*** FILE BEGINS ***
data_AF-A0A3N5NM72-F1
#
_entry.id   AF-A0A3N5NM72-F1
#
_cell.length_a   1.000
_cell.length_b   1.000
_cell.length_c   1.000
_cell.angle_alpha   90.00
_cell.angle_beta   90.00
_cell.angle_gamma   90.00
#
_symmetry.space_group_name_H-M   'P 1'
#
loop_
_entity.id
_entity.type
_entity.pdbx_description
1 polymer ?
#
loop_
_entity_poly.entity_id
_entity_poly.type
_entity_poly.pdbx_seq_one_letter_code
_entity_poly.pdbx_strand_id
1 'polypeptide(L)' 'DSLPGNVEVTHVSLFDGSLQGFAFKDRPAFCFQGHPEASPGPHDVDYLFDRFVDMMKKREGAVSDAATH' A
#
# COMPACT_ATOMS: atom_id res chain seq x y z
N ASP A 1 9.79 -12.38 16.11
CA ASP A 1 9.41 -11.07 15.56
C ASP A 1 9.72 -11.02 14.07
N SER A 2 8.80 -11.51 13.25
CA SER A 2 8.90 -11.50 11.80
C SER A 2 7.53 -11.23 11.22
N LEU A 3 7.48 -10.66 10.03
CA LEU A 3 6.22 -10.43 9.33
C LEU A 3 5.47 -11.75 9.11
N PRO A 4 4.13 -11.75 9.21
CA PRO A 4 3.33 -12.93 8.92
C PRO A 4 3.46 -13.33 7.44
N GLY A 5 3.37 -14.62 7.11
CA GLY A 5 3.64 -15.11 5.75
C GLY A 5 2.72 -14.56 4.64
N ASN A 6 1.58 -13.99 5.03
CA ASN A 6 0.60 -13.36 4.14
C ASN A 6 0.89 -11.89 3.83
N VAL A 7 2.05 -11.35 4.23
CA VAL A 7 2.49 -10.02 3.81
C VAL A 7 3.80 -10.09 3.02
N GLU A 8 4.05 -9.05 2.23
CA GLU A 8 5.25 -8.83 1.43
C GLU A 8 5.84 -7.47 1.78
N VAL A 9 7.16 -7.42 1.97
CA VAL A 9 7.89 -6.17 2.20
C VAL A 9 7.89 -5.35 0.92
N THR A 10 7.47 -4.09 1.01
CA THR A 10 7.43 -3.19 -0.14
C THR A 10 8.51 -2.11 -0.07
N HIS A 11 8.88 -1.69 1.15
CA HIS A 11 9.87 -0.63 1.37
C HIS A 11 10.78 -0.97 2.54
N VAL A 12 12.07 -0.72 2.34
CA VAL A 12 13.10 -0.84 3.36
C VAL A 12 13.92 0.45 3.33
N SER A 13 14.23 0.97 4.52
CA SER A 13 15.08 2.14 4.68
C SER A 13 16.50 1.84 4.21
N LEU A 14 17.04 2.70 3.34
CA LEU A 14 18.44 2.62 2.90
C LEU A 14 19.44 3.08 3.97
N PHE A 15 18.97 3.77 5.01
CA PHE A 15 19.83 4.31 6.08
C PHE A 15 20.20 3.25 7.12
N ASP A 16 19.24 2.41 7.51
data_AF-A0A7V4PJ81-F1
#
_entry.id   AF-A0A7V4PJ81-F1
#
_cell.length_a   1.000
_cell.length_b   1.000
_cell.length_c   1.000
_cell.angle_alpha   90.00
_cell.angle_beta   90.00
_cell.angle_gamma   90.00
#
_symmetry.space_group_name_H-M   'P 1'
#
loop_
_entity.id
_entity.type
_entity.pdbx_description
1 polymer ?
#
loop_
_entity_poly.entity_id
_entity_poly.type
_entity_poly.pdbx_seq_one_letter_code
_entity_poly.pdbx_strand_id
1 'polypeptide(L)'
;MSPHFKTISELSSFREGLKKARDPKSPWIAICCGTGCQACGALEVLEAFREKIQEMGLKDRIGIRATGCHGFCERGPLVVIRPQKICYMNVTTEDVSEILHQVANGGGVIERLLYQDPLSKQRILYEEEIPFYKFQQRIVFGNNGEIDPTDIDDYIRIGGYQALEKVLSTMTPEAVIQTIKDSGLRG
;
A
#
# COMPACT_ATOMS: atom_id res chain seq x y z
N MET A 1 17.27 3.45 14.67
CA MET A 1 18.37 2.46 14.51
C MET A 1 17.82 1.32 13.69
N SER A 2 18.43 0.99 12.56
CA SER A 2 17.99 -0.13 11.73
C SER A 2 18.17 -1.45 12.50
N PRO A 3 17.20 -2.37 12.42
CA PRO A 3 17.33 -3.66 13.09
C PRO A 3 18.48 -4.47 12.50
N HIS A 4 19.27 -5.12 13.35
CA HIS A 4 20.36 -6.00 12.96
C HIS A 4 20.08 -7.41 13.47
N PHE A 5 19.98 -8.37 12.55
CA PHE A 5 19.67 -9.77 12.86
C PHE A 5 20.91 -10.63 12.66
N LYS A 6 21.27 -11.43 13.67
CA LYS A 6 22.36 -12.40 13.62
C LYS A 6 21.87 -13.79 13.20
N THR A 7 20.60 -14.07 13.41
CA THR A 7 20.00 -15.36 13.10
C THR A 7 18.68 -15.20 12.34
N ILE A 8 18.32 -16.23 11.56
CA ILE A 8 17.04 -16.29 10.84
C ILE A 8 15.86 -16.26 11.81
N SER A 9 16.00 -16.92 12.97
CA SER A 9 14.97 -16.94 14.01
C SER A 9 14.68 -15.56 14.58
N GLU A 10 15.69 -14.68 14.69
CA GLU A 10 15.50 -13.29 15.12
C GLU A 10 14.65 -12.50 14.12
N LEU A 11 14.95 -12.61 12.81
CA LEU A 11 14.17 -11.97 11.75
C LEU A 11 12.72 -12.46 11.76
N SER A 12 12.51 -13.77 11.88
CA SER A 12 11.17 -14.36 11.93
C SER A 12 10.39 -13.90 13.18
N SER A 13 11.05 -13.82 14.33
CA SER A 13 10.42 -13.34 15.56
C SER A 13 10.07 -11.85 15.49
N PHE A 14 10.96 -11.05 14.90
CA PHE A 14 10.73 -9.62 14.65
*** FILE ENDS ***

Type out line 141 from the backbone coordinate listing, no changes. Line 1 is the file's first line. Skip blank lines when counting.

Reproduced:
CA SER A 13 10.42 -13.34 15.56